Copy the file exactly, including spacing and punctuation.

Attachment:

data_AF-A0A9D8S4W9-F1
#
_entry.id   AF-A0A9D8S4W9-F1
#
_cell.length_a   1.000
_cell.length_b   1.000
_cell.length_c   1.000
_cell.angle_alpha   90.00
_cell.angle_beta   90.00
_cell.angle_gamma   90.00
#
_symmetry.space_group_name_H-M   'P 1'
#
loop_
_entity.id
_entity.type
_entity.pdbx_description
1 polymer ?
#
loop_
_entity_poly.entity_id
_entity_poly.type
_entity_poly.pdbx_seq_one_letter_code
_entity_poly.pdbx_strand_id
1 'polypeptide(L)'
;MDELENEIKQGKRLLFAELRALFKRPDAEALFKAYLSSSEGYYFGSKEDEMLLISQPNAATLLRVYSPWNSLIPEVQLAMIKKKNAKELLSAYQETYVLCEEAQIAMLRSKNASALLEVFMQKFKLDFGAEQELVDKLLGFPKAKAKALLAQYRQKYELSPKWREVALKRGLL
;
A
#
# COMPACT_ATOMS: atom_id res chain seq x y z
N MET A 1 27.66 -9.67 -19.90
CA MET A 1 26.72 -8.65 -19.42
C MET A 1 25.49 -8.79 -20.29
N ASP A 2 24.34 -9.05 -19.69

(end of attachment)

data_AF-A0A9D8S4W9-F1
#
_entry.id   AF-A0A9D8S4W9-F1
#
_cell.length_a   1.000
_cell.length_b   1.000
_cell.length_c   1.000
_cell.angle_alpha   90.00
_cell.angle_beta   90.00
_cell.angle_gamma   90.00
#
_symmetry.space_group_name_H-M   'P 1'
#
loop_
_entity.id
_entity.type
_entity.pdbx_description
1 polymer ?
#
loop_
_entity_poly.entity_id
_entity_poly.type
_entity_poly.pdbx_seq_one_letter_code
_entity_poly.pdbx_strand_id
1 'polypeptide(L)'
;MDELENEIKQGKRLLFAELRALFKRPDAEALFKAYLSSSEGYYFGSKEDEMLLISQPNAATLLRVYSPWNSLIPEVQLAMIKKKNAKELLSAYQETYVLCEEAQIAMLRSKNASALLEVFMQKFKLDFGAEQELVDKLLGFPKAKAKALLAQYRQKYELSPKWREVALKRGLL
;
A
#
# COMPACT_ATOMS: atom_id res chain seq x y z
N MET A 1 27.66 -9.67 -19.90
CA MET A 1 26.72 -8.65 -19.42
C MET A 1 25.49 -8.79 -20.29
N ASP A 2 24.34 -9.05 -19.69